One of the goals of this blog is to share the most useful EMC Isilon support-related content that we have to offer. In this post, we’re highlighting 20 of the most viewed knowledgebase (KB) articles and product documents from the month of March.
We hope these documents will help you to quickly find an answer to a common question or resolve an issue.
Top 10 KB articles
To access these KB articles, log in to the EMC Online Support site. Articles in bold are new to the top 10 list this month.
You’re rushing to meet a project deadline, and you need to update some related files that are stored on an EMC® Isilon® cluster. You’re working on a Linux computer, and you’re connected to the cluster over a Network File System (NFS) protocol. You need to access files in a directory that your coworker, who uses a Windows computer, created when they were connected to the same cluster over a Server Message Block (SMB) protocol. Thanks to the Isilon OneFS® operating system, you can seamlessly access your coworker’s files even though you are doing so through a very different protocol.
Supporting a mix of protocols requires supporting a mix of user identities and file permissions. This requirement can leave system administrators with several considerations when configuring OneFS.
Before discussing how OneFS handles multiprotocol file access, let’s first review how two operating environments, Windows and UNIX/Linux, authorize access to files. In a Windows environment, users are identified based on unique security identifiers (SIDs). Files or directories are secured through an Access Control List (ACL). In an UNIX environment, users and groups are identified through user identifiers (UIDs) and group identifiers (GIDs), respectively. Files are secured using POSIX mode bits.
OneFS uses Authentication, Identity Management, and Authorization (AIMA) to assign the right permissions and identifiers to users (and groups) no matter which protocols they use to connect to the cluster. To securely support NFS and SMB clients, OneFS does three things:
Connects to directory services, such as Microsoft Active Directory (AD) and Lightweight Directory Access Protocol (LDAP), which provides a security database of user and group accounts along with their information
Authenticates users and groups
Controls access to directories and files
When a user connects to an Isilon cluster, OneFS scans Active Directory and LDAP for the user’s identifiers. Once the user is authenticated, OneFS creates an access token for the user. OneFS then maps the user’s account (known as “user mapping” in OneFS) in one directory service to another. This single access token is the key to authorizing the user so they can access files that are stored and created on the cluster using different protocols.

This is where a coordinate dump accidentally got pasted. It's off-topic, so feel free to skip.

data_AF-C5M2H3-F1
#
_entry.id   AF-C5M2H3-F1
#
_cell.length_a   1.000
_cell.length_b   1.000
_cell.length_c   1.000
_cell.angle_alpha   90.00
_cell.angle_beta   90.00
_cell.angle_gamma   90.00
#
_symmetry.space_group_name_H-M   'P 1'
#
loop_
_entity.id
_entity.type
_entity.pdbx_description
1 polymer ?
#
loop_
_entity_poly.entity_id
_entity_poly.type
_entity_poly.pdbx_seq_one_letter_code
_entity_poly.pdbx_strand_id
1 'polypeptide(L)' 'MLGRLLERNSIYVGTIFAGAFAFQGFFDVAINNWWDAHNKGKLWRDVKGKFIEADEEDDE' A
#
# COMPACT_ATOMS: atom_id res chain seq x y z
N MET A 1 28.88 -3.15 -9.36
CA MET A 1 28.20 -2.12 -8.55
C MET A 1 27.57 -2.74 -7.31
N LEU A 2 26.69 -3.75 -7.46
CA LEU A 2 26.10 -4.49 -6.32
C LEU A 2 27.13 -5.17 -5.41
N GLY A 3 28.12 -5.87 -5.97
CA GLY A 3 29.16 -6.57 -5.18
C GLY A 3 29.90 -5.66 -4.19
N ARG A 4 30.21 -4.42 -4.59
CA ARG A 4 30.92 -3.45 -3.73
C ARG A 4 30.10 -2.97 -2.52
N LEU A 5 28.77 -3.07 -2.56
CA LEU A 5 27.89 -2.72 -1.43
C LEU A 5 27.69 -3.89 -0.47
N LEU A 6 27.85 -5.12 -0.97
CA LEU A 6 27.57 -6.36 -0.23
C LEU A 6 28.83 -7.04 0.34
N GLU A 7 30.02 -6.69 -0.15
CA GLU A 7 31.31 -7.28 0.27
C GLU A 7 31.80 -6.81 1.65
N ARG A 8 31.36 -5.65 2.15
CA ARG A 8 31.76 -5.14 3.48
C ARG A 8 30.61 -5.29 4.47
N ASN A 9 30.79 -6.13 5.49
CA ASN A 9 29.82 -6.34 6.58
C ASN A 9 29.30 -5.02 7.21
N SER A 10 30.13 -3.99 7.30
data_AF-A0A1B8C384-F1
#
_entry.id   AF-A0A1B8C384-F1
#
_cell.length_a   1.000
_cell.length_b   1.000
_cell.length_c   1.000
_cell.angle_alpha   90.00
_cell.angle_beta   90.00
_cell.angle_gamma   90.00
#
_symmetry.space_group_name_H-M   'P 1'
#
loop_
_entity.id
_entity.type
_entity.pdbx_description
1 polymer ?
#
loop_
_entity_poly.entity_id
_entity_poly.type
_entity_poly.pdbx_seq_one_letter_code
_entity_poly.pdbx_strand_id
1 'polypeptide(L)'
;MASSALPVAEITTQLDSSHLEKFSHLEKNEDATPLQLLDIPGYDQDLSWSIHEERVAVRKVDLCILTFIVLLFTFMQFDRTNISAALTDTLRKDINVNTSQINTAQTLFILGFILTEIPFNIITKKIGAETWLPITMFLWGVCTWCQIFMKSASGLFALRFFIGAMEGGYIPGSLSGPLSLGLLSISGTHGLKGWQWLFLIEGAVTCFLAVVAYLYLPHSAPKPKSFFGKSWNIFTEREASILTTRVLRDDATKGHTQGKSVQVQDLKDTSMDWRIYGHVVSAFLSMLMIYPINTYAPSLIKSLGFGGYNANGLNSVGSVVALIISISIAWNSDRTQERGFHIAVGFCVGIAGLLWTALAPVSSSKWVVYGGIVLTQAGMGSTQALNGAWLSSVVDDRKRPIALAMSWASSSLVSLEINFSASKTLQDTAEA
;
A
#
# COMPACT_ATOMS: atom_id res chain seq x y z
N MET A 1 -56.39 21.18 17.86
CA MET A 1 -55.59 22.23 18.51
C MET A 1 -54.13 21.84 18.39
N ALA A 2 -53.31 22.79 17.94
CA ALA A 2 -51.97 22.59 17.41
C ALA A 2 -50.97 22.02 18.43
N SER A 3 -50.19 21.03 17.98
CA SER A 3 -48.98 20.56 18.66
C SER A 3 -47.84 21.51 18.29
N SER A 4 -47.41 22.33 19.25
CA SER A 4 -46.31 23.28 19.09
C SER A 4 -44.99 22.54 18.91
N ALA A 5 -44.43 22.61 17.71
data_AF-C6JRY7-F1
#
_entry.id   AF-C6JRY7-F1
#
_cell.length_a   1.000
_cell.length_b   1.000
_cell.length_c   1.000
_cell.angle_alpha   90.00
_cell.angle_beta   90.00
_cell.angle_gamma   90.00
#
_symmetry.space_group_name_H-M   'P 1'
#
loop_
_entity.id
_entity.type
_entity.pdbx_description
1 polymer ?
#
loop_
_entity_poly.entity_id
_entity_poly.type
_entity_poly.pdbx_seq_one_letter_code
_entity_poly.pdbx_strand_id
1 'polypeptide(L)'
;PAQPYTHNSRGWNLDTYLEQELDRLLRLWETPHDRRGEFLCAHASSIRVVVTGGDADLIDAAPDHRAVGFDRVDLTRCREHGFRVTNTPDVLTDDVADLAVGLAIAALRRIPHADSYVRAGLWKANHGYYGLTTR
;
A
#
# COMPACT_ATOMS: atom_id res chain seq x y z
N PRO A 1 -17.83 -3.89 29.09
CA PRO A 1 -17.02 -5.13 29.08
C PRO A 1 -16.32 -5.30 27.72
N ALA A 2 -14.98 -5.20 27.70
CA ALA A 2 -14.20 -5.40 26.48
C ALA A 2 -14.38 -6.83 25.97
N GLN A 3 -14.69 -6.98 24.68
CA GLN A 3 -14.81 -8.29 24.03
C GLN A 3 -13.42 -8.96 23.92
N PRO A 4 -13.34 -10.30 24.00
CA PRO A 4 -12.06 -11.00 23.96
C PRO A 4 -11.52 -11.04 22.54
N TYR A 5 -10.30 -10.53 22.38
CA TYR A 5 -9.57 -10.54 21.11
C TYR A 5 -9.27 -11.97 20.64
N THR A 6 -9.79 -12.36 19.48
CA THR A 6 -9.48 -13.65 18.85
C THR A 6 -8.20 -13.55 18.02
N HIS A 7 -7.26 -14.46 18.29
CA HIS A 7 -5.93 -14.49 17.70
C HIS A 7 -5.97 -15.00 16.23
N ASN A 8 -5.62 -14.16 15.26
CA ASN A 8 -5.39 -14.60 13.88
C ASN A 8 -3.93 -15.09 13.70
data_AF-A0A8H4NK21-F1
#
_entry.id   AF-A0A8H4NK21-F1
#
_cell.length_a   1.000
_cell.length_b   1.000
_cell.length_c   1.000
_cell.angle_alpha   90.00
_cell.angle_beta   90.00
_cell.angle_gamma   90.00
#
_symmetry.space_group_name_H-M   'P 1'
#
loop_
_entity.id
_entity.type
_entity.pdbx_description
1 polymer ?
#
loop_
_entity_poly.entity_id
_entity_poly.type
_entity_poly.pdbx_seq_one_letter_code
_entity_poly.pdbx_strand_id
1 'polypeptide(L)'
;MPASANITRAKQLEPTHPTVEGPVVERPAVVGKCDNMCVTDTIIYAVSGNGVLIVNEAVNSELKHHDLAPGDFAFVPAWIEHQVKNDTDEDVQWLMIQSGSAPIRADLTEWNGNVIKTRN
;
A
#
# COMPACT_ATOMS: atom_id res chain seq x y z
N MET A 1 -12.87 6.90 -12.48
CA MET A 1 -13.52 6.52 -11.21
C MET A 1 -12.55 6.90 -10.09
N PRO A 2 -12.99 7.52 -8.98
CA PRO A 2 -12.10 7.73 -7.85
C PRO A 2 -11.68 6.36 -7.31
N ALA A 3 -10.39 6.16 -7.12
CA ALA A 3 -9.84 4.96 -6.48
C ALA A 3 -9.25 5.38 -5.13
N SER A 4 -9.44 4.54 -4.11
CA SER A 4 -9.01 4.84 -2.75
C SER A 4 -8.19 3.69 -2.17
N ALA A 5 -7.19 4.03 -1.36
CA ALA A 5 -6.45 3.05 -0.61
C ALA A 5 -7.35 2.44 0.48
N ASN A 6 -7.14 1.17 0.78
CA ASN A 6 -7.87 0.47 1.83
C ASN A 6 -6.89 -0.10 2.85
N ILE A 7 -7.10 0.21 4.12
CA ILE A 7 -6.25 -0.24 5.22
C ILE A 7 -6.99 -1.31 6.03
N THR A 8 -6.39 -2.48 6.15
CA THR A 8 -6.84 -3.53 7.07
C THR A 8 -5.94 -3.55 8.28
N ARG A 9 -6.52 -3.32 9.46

For example, if a user, Mike, accesses a file share through SMB, OneFS will scan Active Directory and find an SID for him. If OneFS does not find any UIDs or GIDs associated with Mike via LDAP, OneFS will generate a UID and GID for him and save them to Mike’s access token, so he can access files created by NFS users.
The same type of mapping occurs for file permissions. If a file was created through SMB, it will be assigned an ACL to control who can access the file. OneFS will create equivalent POSIX mode bits for this file. File permissions can be saved to the Isilon cluster on disk in one of three modes: native, UNIX, or SID. For more information about each mode, and about AIMA and user mapping, read the “Identities, Access Tokens, and the Isilon OneFS User Mapping Service” white paper.
This is a brief summary of how multiprotocol file access works in OneFS. Watch the following video, “File Access Basics in an Isilon OneFS Multi-Protocol Environments,” for more information and recommendations for configuring multiprotocol access in OneFS. In this video, Principal Solutions Architect Amol Choukekar answers the following frequently asked questions:
What are multiprotocol basics?
How do Window and UNIX clients differ when they access files on OneFS?
How does OneFS handle user and group identities?
How does OneFS store file permissions in a multiprotocol environment?
How do clients access files that were created using a different protocol?
How does OneFS manage file permissions?
What if user names are not similar across authentication providers?
Review existing identity mappings stored on the cluster
Delete existing identity mappings
Review ACL policies on the cluster
Create a user mapping rule for joining different user names
This video also offers the following demonstrations:
File access between Windows and UNIX
Creation of a synthetic ACL, which dynamically maps UNIX permissions to Windows rights
File permissions management
For more information about implementing multiprotocol in OneFS, contact your account representative. If you have feedback about this blog or these videos, send an email to email@example.com. If you have a request for new documentation, send an email to firstname.lastname@example.org.
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